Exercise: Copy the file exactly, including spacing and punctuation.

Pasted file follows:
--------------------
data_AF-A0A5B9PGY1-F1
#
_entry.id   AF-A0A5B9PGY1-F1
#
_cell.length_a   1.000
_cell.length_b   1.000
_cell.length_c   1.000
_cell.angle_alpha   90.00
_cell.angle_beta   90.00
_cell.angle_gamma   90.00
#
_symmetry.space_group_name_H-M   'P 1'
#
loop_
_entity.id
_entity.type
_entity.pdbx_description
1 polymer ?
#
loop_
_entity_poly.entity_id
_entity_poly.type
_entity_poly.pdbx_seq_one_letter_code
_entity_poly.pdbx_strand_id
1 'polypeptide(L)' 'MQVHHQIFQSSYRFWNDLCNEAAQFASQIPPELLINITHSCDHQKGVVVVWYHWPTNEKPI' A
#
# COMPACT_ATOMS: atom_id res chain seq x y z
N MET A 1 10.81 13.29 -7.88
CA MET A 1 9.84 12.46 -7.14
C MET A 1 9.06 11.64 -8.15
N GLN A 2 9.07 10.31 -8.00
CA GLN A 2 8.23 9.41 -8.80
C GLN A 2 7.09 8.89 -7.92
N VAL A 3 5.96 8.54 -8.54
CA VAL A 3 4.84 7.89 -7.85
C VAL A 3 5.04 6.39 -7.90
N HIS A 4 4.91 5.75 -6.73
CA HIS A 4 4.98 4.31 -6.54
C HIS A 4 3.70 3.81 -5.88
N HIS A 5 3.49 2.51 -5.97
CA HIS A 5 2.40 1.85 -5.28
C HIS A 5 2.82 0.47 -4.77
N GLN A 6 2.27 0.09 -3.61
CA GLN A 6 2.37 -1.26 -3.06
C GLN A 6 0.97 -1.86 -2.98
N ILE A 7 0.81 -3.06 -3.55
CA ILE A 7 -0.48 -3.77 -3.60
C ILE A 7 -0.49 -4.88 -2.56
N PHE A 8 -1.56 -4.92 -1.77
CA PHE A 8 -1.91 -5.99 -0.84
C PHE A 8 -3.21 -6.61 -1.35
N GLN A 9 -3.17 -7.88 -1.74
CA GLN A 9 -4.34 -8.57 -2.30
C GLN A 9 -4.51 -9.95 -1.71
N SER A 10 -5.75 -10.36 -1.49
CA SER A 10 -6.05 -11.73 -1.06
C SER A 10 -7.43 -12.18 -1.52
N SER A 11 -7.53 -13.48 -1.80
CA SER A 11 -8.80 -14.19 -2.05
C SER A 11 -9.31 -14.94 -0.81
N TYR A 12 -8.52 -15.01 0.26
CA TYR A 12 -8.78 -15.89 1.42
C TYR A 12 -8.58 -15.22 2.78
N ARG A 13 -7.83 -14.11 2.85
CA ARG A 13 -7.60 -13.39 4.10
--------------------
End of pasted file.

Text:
data_AF-A0A5B9PGY1-F1
#
_entry.id   AF-A0A5B9PGY1-F1
#
_cell.length_a   1.000
_cell.length_b   1.000
_cell.length_c   1.000
_cell.angle_alpha   90.00
_cell.angle_beta   90.00
_cell.angle_gamma   90.00
#
_symmetry.space_group_name_H-M   'P 1'
#
loop_
_entity.id
_entity.type
_entity.pdbx_description
1 polymer ?
#
loop_
_entity_poly.entity_id
_entity_poly.type
_entity_poly.pdbx_seq_one_letter_code
_entity_poly.pdbx_strand_id
1 'polypeptide(L)' 'MQVHHQIFQSSYRFWNDLCNEAAQFASQIPPELLINITHSCDHQKGVVVVWYHWPTNEKPI' A
#
# COMPACT_ATOMS: atom_id res chain seq x y z
N MET A 1 10.81 13.29 -7.88
CA MET A 1 9.84 12.46 -7.14
C MET A 1 9.06 11.64 -8.15
N GLN A 2 9.07 10.31 -8.00
CA GLN A 2 8.23 9.41 -8.80
C GLN A 2 7.09 8.89 -7.92
N VAL A 3 5.96 8.54 -8.54
CA VAL A 3 4.84 7.89 -7.85
C VAL A 3 5.04 6.39 -7.90
N HIS A 4 4.91 5.75 -6.73
CA HIS A 4 4.98 4.31 -6.54
C HIS A 4 3.70 3.81 -5.88
N HIS A 5 3.49 2.51 -5.97
CA HIS A 5 2.40 1.85 -5.28
C HIS A 5 2.82 0.47 -4.77
N GLN A 6 2.27 0.09 -3.61
CA GLN A 6 2.37 -1.26 -3.06
C GLN A 6 0.97 -1.86 -2.98
N ILE A 7 0.81 -3.06 -3.55
CA ILE A 7 -0.48 -3.77 -3.60
C ILE A 7 -0.49 -4.88 -2.56
N PHE A 8 -1.56 -4.92 -1.77
CA PHE A 8 -1.91 -5.99 -0.84
C PHE A 8 -3.21 -6.61 -1.35
N GLN A 9 -3.17 -7.88 -1.74
CA GLN A 9 -4.34 -8.57 -2.30
C GLN A 9 -4.51 -9.95 -1.71
N SER A 10 -5.75 -10.36 -1.49
CA SER A 10 -6.05 -11.73 -1.06
C SER A 10 -7.43 -12.18 -1.52
N SER A 11 -7.53 -13.48 -1.80
CA SER A 11 -8.80 -14.19 -2.05
C SER A 11 -9.31 -14.94 -0.81
N TYR A 12 -8.52 -15.01 0.26
CA TYR A 12 -8.78 -15.89 1.42
C TYR A 12 -8.58 -15.22 2.78
N ARG A 13 -7.83 -14.11 2.85
CA ARG A 13 -7.60 -13.39 4.10